Authors
Agnes Bolinska
University of South Carolina
Abstract
We have previously argued that historical cases must be rendered canonical before they can plausibly serve as evidence for philosophical claims, where canonicity is established through a process of negotiation among historians and philosophers of science (Bolinska and Martin, 2020). Here, we extend this proposal by exploring how that negotiation might take place in practice. The working stock of historical examples that philosophers tend to employ has long been established informally, and, as a result, somewhat haphazardly. The composition of the historical canon of philosophy of science is therefore path dependent, and cases often become stock examples for reasons tangential to their appropriateness for the purposes at hand. We show how the lack of rigor around the canonization of case studies has muddied the waters in selected philosophical debates. This, in turn, lays the groundwork for proposing ways in which they can be improved.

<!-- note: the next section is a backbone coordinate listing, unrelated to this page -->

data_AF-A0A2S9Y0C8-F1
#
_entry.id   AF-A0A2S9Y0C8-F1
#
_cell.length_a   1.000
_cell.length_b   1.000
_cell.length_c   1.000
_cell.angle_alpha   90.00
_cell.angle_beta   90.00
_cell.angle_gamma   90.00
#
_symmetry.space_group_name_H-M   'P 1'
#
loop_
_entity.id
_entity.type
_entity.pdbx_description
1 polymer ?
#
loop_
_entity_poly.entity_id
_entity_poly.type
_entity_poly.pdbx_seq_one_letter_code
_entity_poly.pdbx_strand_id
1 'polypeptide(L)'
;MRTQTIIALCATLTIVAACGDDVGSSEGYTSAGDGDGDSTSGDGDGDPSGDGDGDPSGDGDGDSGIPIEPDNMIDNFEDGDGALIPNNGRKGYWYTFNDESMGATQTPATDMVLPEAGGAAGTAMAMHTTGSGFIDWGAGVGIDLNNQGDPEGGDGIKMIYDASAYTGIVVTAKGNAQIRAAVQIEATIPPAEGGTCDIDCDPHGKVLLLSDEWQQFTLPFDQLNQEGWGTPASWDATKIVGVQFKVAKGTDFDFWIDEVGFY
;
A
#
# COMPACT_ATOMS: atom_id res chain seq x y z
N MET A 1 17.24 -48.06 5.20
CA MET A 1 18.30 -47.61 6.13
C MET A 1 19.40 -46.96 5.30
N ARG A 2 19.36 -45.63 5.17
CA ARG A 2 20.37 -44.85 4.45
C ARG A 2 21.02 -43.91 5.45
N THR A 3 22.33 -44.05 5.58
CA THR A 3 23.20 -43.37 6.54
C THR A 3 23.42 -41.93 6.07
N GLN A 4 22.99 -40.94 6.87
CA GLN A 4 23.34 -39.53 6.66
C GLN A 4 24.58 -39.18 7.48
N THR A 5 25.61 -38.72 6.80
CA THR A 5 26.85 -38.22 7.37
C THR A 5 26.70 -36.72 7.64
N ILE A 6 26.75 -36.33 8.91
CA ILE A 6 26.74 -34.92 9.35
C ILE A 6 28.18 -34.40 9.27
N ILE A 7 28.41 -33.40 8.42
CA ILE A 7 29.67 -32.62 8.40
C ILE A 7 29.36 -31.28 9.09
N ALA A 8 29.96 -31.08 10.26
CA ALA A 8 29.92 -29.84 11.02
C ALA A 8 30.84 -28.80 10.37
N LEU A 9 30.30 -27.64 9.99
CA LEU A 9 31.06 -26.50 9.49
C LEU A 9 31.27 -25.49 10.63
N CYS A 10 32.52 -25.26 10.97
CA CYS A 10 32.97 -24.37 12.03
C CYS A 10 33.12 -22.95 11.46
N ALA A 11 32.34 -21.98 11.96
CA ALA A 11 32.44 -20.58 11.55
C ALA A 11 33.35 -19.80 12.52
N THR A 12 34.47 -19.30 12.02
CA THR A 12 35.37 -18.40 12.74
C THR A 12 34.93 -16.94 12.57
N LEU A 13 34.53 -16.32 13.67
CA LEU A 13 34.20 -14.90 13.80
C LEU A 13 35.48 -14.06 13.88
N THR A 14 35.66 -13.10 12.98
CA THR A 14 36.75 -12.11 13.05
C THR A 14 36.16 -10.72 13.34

Keywords Canon formation  Case studies  Confrontation model  Integrated history and philosophy of science  Path dependence
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DOI 10.1016/j.shpsa.2021.07.008
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What’s so Special About Model Organisms?Rachel A. Ankeny & Sabina Leonelli - 2011 - Studies in History and Philosophy of Science Part A 42 (2):313-323.

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